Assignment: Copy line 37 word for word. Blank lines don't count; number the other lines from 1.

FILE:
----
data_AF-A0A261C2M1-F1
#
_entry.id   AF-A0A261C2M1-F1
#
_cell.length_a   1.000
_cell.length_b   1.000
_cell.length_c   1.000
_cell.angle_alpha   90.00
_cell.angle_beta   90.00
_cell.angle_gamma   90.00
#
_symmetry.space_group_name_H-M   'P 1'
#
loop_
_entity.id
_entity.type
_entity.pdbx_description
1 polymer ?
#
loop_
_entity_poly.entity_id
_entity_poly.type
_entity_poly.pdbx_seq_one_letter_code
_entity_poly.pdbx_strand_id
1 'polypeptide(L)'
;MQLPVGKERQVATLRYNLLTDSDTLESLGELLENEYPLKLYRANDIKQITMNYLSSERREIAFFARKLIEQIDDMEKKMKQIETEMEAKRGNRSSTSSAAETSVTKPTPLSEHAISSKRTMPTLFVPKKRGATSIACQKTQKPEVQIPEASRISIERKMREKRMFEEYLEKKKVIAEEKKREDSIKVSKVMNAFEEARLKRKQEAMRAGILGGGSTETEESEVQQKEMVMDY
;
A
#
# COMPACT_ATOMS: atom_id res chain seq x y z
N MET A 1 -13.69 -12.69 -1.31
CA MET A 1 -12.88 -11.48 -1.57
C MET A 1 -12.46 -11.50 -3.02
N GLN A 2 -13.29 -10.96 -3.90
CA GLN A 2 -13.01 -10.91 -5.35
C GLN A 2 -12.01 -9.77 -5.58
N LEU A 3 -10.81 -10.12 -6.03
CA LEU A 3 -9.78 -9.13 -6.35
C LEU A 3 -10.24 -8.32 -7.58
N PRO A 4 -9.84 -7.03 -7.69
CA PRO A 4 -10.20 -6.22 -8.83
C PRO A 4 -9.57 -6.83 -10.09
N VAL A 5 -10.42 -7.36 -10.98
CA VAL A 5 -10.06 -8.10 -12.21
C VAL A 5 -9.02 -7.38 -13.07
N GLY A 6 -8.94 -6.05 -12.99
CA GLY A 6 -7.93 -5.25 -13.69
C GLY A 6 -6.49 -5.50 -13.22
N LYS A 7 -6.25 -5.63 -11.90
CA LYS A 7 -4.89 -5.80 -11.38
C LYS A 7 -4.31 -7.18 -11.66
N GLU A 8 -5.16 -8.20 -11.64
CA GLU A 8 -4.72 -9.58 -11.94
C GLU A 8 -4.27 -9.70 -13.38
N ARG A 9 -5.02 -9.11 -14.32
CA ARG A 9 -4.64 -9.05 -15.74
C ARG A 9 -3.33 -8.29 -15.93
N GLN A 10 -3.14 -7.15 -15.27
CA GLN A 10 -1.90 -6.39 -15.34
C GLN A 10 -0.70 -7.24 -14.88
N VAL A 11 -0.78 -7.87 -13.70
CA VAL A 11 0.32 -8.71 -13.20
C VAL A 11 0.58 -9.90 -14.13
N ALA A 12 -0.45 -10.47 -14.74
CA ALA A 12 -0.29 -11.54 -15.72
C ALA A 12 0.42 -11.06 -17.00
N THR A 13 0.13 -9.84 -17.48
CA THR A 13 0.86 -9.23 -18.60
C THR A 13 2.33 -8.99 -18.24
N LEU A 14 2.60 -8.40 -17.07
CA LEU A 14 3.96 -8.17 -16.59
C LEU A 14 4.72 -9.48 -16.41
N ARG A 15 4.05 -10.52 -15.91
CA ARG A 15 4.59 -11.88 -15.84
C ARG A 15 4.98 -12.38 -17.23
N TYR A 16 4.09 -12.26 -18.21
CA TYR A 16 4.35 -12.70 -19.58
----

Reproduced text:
N LEU A 3 -10.81 -10.12 -6.03